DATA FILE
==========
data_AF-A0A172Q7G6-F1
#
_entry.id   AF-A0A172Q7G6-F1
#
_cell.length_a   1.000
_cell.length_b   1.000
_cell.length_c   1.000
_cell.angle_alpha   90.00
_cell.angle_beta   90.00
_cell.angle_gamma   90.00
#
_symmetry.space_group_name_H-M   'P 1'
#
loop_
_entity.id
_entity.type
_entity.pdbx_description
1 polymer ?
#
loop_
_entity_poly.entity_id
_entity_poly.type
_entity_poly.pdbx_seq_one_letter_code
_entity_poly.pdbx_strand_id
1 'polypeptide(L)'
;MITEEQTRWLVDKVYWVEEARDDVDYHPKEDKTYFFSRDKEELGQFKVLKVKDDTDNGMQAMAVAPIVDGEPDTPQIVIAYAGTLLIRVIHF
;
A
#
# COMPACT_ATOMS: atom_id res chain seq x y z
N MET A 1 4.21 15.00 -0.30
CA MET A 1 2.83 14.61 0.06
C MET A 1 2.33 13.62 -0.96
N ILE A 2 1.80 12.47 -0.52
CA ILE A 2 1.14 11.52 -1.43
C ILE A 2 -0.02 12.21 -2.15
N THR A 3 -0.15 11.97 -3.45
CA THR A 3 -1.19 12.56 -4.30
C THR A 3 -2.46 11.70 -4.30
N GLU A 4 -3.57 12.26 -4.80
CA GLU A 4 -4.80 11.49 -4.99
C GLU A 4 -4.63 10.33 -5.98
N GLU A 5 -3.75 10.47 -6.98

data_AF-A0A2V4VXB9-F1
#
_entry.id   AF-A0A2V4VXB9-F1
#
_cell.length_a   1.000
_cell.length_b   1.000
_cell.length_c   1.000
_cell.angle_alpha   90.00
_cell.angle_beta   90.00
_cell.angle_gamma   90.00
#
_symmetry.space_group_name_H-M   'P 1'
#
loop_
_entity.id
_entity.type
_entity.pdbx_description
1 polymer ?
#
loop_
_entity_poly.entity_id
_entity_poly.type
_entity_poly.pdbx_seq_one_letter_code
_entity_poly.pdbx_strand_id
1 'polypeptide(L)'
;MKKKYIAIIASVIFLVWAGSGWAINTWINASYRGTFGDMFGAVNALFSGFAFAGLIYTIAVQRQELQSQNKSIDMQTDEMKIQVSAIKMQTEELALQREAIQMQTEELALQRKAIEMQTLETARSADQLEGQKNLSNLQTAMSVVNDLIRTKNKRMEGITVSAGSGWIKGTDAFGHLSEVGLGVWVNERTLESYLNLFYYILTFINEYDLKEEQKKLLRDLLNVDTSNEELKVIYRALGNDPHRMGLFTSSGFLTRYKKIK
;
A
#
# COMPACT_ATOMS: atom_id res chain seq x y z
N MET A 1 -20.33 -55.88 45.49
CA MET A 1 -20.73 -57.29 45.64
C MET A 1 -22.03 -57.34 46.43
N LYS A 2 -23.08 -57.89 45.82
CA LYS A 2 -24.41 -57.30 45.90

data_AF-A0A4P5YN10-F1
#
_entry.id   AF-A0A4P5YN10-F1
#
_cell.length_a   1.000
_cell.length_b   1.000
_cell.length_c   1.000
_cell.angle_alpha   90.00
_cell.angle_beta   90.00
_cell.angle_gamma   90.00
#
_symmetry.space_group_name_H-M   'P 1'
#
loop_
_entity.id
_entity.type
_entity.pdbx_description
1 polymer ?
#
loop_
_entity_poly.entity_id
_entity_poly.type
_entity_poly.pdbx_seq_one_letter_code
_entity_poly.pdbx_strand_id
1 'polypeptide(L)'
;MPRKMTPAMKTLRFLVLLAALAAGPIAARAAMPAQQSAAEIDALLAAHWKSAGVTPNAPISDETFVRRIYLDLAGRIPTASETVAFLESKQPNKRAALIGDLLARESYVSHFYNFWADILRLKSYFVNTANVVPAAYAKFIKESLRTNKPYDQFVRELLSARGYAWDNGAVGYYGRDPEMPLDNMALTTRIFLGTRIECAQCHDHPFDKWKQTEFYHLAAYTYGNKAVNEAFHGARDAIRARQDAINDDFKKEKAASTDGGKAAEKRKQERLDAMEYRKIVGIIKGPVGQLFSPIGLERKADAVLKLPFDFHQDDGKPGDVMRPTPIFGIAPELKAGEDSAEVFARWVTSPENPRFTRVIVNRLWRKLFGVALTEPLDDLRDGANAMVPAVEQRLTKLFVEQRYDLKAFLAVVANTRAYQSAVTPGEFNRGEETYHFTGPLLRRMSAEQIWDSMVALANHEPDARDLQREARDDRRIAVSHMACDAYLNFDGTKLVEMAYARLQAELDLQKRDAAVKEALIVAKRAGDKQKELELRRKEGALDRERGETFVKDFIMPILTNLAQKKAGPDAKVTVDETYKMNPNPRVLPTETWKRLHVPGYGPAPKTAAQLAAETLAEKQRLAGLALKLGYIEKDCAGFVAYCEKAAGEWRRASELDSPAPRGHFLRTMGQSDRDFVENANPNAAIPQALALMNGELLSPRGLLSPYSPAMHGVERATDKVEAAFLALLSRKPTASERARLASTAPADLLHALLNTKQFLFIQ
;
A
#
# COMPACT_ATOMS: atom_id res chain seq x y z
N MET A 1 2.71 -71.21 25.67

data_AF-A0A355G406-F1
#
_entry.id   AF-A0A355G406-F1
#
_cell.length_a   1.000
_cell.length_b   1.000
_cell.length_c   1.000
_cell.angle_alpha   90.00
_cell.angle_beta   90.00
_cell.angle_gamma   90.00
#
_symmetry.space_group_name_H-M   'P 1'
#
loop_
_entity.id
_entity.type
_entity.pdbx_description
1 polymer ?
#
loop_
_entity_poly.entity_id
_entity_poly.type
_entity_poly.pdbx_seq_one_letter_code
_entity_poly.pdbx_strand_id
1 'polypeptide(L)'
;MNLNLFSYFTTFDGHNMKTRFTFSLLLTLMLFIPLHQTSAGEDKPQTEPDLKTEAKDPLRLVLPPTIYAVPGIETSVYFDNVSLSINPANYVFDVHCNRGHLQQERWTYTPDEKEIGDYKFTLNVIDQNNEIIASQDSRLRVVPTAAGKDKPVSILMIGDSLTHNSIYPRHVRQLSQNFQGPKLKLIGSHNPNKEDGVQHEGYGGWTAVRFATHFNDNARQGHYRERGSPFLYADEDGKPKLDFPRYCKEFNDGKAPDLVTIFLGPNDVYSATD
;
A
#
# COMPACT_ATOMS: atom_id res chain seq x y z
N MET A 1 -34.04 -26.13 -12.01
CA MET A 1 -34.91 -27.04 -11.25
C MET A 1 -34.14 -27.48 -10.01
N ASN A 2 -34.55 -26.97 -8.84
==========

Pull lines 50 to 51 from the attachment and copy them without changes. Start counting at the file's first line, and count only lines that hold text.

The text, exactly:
_cell.length_c   1.000
_cell.angle_alpha   90.00